Briefly, my shielded pin connector comprises a more or less standard male pin connector composed of an insulating body having one or more contact pins projecting from the body, the pins being in electrical communication with the conductors of a cable extending into the body. In order to electrically shield the connector pins from each other and from the outside world, a generally cylindrical sleeve or boot is secured to the body at the location of each pin. Each shield surrounds, and extends at least to, and preferably beyond, the free end of the associated pin so that the pins cannot inadvertently contact a conductive surface.
As we shall see, each shield is resilient and rotatable relative to the connector body so that when the male connector is coupled to a mating female connector so that the pins are received in the corresponding receptacles of the female connector, the sleeves or boots will surround the corresponding locking caps of the female connector. Yet, because the sleeves are flexible and rotatable, the locking caps can be tightened (or loosened) simply by squeezing and rotating the sleeves. Thus, the sleeves do not interfere at all with the normal locking together of the mating male and female connectors.
As will become apparent, the sleeves are relatively easy and inexpensive to make in quantity and they can be retrofit with ease to existing male pin connectors. Therefore, they should find wide acceptance in the marketplace .BRIEF DESCRIPTION OF THE DRAWINGS
For a fuller understanding of the nature and objects of the invention, reference should be had to the following detailed description taken in connection with the accompanying drawings, in which:
FIG. 1 is a fragmentary elevational view with parts broken away showing a shielded male pin connector incorporating the invention coupled to a mating female connector on a pacemaker;
FIG. 2 is an exploded perspective view showing elements of the pin connector in greater detail, and
FIG. 3 is a sectional view taken along line 3--3 of FIG. 2.DETAILED DESCRIPTION OF AN ILLUSTRATIVE EMBODIMENT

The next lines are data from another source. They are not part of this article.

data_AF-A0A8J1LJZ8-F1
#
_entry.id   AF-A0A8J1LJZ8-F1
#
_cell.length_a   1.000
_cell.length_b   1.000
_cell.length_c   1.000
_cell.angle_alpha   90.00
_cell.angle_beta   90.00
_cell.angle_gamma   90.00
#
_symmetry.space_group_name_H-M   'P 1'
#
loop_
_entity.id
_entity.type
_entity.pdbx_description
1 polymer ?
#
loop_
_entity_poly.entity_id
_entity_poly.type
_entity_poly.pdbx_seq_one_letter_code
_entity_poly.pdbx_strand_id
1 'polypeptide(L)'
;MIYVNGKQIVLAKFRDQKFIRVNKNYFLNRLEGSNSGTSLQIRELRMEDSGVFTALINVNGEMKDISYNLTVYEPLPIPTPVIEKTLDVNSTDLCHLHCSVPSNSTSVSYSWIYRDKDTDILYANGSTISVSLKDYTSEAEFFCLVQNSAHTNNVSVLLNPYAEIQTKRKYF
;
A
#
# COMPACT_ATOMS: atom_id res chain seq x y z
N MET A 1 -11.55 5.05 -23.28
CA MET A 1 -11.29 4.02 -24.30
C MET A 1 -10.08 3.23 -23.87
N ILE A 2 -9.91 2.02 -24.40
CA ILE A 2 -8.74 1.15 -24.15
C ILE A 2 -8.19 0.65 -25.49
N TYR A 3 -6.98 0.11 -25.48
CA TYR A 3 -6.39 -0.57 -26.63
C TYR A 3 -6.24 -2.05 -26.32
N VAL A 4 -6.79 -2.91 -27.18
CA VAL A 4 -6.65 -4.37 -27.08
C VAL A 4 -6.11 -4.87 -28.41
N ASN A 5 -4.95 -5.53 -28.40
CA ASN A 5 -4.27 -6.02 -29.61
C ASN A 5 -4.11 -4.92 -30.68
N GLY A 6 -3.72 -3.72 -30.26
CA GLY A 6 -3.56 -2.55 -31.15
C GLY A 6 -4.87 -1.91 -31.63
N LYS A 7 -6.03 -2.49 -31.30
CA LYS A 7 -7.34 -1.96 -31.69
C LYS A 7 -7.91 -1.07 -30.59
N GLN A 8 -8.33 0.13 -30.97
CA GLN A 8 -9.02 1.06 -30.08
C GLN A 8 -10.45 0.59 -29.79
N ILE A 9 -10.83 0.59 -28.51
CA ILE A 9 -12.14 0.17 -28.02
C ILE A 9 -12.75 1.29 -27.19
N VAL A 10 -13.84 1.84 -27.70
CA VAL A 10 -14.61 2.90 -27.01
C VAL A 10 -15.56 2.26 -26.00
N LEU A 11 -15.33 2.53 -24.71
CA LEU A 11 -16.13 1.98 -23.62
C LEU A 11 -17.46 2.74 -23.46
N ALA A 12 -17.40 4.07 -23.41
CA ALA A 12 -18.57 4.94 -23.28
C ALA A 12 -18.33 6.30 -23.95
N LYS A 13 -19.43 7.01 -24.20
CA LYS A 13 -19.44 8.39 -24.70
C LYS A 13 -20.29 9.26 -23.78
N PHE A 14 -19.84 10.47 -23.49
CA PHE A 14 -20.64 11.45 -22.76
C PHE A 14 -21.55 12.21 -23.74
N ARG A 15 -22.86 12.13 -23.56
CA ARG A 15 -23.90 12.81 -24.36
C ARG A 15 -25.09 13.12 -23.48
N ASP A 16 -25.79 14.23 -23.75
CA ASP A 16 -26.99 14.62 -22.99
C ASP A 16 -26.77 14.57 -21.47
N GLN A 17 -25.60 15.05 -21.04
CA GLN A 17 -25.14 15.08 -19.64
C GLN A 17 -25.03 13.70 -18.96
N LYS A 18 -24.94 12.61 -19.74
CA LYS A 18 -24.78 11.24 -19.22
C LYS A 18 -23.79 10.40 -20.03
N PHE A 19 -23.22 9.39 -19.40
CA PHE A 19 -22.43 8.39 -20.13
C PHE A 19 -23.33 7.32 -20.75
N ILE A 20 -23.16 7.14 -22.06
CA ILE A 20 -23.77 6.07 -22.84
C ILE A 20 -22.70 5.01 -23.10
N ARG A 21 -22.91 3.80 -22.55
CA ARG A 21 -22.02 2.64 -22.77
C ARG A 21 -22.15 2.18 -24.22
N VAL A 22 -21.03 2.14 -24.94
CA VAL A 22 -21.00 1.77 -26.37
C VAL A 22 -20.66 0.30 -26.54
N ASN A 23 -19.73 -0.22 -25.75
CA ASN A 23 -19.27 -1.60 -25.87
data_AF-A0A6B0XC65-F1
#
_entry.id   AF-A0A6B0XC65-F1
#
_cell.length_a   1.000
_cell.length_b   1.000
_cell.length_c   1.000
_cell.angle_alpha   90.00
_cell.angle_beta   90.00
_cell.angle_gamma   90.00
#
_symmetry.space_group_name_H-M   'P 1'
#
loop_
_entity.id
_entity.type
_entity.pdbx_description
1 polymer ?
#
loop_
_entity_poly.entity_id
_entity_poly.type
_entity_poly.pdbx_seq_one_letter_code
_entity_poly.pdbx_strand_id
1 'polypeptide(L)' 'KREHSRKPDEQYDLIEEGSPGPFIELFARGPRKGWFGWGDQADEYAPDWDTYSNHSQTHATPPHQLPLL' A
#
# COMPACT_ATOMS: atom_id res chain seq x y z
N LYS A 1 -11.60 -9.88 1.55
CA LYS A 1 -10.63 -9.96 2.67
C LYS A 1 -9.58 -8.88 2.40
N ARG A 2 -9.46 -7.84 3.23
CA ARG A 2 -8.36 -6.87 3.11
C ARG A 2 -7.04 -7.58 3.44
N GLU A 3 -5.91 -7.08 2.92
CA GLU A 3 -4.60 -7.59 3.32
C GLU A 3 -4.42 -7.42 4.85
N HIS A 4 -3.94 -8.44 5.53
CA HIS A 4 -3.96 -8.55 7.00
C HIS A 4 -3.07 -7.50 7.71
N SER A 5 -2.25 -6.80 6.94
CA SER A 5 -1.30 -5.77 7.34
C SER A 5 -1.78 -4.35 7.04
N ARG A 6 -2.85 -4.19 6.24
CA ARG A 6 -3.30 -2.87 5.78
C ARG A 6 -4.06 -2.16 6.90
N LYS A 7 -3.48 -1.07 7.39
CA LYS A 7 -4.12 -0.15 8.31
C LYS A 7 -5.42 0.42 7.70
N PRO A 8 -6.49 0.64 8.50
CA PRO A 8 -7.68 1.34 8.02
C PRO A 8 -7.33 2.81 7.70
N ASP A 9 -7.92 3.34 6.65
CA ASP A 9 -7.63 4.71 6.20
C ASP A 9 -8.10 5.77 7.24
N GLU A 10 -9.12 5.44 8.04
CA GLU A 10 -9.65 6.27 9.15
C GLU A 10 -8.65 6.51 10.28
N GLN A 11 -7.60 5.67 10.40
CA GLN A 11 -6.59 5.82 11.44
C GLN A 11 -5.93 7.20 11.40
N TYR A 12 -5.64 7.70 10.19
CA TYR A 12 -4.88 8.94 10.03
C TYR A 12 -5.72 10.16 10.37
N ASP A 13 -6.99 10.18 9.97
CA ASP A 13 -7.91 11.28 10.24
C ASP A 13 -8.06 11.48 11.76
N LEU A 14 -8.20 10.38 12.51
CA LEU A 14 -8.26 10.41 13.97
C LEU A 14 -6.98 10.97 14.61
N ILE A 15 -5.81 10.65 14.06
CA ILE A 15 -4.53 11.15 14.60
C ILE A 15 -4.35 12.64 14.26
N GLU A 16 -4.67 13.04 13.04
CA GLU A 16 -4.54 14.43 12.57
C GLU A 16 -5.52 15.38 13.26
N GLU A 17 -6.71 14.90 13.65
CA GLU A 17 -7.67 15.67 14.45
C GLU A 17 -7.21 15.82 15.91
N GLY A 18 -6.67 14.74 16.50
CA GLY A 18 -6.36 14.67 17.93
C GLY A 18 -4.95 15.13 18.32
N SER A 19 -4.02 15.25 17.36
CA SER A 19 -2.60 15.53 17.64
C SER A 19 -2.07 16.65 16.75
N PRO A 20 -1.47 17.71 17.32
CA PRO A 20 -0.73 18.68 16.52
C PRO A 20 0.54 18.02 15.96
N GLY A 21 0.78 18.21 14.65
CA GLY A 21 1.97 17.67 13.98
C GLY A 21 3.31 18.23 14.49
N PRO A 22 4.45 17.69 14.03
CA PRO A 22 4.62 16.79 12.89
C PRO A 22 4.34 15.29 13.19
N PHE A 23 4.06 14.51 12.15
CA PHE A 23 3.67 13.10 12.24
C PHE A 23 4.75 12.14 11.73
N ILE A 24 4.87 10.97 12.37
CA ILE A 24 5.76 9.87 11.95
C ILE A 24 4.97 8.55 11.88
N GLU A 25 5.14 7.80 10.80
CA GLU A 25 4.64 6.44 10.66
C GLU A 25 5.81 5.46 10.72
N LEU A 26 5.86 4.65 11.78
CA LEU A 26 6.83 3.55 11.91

Referring to FIG. 1 of the drawings, my shielded pin connector indicated generally at 10 is shown coupled to a conventional external pacemaker 12. The pin connector is a male-type connector comprising an elongated rigid electrically insulating body 14. Extending from spaced-apart locations along body 14 is a pair of cylindrical bosses 16a and 16b which support a pair of elongated cylindrical pins 18a and 18b. Internal electrical connections 20a (FIG. 2) are made between pins 18a, 18b and the conductors of a cable 20 extending from one end of body 14. In the illustrated application, cable 20 ultimately leads to a pacing electrode (not shown) for implantation in a patient's heart. Typically, the bosses 16a, 16b are color coded as indicated at 22a and 22b to establish the polarity of the connector 14.
As shown in FIG. 1, pacemaker 12 includes a female connector shown generally at 13, comprising a pair of upstanding posts 24a and 24b whose centerline spacing is more or less the same as the spacing of pins 18a, 18b. Extending up within and lining posts 24a, 24b is a pair of female contacts 26a and 26b. Each contact 26a, 26b comprises a plurality of tines which extend beyond the end of the associated posts 24a, 24b and define a splined tube whose inner diameter is more or less the same as the diameter of the pins 18a, 18b. Threaded onto the pair of posts 24a, 24b is a pair of similar locking caps 28a and 28b having end openings 29 which are aligned with the respective contacts 26a, 26b. The caps are shaped so that when they are screwed down onto their respective posts 24a, 24b, they squeeze together the free ends of the associated splined contacts 26a, 26b. Thus, when the caps 28a, 28b on posts 24a, 24b, respectively, are unscrewed or loosened, the male connector 10 may be coupled to the female connector 13 by inserting the connector pins 18a, 18b through the holes 29 in the locking caps 28a, 28b, and into the splined contacts 26a, 26b of connector 13. The pins may be locked in place by tightening the locking caps 26a, 26b on their respective posts 24a, 24b.
The structure described thus far is more or less conventional and does not have the advantages of applicant's shielded connector because the pins 26a, 26b are not isolated and, therefore, they can make contact with a conductive surface or be plugged into the wrong receptacle.